Ready to crowdfund using social media? Read this first

#wocintech chat crowd funding

Crowdfunding is no longer the buzzword it was in 2006. Social media has undeniably taken over and changed the way we interact and connect online. Gone are the days when discussion forums were the go to tool for getting numerous opinions. Crowdfunding by definition is, “the practice of funding a project or venture by raising small amounts of money from a large number of people, typically via the Internet.”

This is basically asking strangers around the world to help you get your project or campaign off the ground by financing it as a collective. Not only does this mean you’ll have the necessary capital to get going, but you will also have peace of mind. Through the indirect market research crowdfunding provides, you’ll know that a community of backers believe in your service or product.

The average person has 5 social media accounts, this means you have a few options on how to get your message across. Sometimes, all you need is a quick update on any platform and you will be flooded with an array of responses from your followers, catapulting your crowdfunding plans into the stratosphere. The next step is knowing how to harness the power of those platforms to bolster your crowd funding efforts. However, there are dos and don’ts when it comes to crowdfunding. You’ll need to ensure that people don’t view your suspiciously while ensuring long term success beyond the initial campaign.

Build a good foundation before the launch

30% of your donations will come from people you know. With this in mind, you need a solid network of people you have already been connecting and engaging with online before launching your campaign. This could take months so make sure you are ready to put in the work. There is no shortcut to a strong social following of engaged users.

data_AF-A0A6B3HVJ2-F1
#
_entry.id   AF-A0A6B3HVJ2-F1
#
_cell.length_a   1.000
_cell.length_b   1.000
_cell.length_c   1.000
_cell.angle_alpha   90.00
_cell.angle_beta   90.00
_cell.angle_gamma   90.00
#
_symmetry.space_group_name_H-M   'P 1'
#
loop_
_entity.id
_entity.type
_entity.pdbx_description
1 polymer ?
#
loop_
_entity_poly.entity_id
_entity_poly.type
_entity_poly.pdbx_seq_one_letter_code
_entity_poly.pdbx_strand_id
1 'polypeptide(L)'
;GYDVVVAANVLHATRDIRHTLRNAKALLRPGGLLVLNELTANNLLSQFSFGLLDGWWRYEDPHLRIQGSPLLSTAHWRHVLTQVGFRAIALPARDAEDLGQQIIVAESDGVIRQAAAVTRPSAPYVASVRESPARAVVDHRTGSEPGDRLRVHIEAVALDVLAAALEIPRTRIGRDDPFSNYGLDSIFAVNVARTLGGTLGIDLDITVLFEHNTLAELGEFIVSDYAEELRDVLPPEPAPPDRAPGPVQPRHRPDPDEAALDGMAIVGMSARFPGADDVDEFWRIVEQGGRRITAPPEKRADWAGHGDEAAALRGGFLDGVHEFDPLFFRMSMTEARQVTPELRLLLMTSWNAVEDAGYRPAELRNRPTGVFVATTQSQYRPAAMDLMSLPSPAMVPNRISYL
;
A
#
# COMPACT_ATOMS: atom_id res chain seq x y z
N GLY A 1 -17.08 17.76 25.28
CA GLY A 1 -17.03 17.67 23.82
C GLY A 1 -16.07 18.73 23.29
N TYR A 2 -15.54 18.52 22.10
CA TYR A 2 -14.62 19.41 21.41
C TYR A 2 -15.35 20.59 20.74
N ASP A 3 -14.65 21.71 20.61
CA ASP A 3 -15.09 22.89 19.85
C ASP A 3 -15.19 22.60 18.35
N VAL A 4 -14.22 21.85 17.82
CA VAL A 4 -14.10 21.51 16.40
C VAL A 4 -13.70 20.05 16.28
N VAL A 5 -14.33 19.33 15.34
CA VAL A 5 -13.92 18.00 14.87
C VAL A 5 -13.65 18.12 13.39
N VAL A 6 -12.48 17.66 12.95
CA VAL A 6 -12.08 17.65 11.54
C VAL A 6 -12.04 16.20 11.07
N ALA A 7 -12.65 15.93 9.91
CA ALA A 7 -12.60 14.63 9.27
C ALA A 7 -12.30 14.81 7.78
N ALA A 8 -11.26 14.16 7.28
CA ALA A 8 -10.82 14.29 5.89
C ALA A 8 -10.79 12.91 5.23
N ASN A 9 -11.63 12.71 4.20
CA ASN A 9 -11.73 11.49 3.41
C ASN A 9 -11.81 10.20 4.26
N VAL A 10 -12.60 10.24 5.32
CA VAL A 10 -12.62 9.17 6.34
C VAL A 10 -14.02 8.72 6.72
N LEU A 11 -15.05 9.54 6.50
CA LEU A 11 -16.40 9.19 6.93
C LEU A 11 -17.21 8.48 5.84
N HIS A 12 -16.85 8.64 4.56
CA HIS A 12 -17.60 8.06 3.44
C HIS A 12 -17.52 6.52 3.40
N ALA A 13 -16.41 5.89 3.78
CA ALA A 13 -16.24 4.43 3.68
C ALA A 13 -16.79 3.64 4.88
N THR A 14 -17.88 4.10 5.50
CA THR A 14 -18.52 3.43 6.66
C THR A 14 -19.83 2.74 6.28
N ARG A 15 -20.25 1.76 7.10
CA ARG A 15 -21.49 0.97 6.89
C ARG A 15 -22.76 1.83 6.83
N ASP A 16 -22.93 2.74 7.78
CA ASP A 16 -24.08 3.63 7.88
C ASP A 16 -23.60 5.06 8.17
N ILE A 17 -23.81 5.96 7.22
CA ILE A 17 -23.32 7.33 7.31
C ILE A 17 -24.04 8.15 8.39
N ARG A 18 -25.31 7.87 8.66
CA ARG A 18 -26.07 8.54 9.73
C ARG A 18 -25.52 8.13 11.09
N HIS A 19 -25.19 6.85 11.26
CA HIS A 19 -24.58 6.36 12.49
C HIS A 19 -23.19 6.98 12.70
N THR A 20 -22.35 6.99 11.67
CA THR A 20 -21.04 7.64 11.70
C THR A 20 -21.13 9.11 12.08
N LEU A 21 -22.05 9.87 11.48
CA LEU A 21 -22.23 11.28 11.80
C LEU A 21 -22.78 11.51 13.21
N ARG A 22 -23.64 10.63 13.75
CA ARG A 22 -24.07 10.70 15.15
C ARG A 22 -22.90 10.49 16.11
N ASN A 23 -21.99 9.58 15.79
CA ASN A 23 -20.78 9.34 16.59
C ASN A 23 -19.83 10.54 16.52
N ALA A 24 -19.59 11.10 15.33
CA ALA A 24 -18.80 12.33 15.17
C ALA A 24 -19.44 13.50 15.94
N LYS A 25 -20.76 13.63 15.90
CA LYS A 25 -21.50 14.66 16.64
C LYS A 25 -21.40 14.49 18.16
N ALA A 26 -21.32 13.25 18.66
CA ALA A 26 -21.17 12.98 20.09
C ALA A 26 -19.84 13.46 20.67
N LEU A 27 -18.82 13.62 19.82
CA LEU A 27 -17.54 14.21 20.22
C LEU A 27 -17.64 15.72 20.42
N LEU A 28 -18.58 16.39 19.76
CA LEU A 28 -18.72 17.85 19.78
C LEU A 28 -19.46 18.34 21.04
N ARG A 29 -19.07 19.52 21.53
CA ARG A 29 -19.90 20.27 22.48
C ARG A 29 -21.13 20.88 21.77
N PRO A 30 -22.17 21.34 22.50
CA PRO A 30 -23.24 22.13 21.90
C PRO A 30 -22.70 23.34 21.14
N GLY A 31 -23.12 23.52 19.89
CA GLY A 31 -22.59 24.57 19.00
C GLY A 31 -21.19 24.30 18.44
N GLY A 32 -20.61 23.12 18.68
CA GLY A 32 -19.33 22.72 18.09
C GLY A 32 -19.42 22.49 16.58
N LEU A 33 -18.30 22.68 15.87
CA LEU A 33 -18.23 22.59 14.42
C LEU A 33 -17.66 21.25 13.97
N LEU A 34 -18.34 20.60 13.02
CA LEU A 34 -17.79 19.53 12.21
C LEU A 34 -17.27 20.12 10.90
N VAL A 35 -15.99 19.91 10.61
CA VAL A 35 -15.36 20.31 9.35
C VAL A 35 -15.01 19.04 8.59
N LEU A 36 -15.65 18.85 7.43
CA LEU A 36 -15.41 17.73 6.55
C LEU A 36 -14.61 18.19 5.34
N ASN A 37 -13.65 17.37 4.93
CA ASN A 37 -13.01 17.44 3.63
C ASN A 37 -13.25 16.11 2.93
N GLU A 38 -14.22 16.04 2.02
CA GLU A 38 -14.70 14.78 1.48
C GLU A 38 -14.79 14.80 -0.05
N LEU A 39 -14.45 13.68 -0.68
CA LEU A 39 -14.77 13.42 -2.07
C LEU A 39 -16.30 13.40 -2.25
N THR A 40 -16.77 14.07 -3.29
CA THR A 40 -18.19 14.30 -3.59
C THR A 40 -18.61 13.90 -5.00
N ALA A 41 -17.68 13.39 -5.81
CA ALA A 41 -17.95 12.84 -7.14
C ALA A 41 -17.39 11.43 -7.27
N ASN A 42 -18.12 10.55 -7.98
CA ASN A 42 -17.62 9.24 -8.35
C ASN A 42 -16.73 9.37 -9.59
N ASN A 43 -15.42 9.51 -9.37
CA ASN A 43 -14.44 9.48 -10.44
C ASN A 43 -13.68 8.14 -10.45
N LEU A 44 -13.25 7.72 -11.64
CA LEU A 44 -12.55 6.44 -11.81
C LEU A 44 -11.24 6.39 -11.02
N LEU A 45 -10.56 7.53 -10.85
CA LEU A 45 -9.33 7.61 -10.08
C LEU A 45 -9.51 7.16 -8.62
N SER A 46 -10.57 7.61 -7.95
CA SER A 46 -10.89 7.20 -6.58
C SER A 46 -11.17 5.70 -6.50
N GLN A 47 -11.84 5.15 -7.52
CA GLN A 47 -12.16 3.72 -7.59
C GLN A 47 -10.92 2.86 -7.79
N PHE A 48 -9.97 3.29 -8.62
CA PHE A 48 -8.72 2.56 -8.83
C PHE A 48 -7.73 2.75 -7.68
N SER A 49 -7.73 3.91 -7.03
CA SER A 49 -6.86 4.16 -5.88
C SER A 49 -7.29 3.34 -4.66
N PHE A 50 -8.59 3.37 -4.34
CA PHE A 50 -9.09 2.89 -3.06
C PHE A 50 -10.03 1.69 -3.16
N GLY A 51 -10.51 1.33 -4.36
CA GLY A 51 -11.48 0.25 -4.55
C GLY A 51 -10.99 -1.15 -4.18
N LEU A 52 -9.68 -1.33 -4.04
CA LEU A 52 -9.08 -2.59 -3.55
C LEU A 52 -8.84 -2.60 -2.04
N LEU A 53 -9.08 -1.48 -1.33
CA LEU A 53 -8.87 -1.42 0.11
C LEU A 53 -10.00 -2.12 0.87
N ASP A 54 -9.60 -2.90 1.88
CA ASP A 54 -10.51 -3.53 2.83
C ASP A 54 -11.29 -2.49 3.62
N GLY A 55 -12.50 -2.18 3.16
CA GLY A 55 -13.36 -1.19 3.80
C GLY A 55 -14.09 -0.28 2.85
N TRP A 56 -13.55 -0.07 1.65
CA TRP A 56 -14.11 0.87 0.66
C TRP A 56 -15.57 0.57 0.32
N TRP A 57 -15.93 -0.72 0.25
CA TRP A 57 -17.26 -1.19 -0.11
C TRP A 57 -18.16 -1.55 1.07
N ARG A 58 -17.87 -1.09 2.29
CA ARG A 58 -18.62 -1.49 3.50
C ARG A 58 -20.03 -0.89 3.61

Even more important is to ensure that you have the ‘right’ kind of followers. Through a great social media strategy, you can discover people who have shared interests. These are those will be more likely to support your cause.

Don’t rely on one platform

It’s very easily to rely on one platform. You may think your Facebook friends know you well and will support you but avoid putting all your eggs in one basket. Pick the right platform based on where your audience is, where you receive the most engagement and where you will be able to monitor things easily.

Rather than using your personal profile (which could get spam-like towards your friends and family), start a separate page for your campaign and get people to like and follow it for updates. You can also have a separate page for yourself. This way people can see the woman behind the campaign, you never know, it will probably be one of many projects you undertake.

Content is king

You need consistent and engaging content in order to stay current and pull in the crowds. Your copy should be punchy, to the point and shareable in order for the word to spread. Use rich imagery where you can, as well as other content types such as infographics, videos, podcasts etc. Share updates and milestones in order to keep the excitement going among your backers. Keeping content consistent and frequently updating will ensure you stay on top of people’s minds.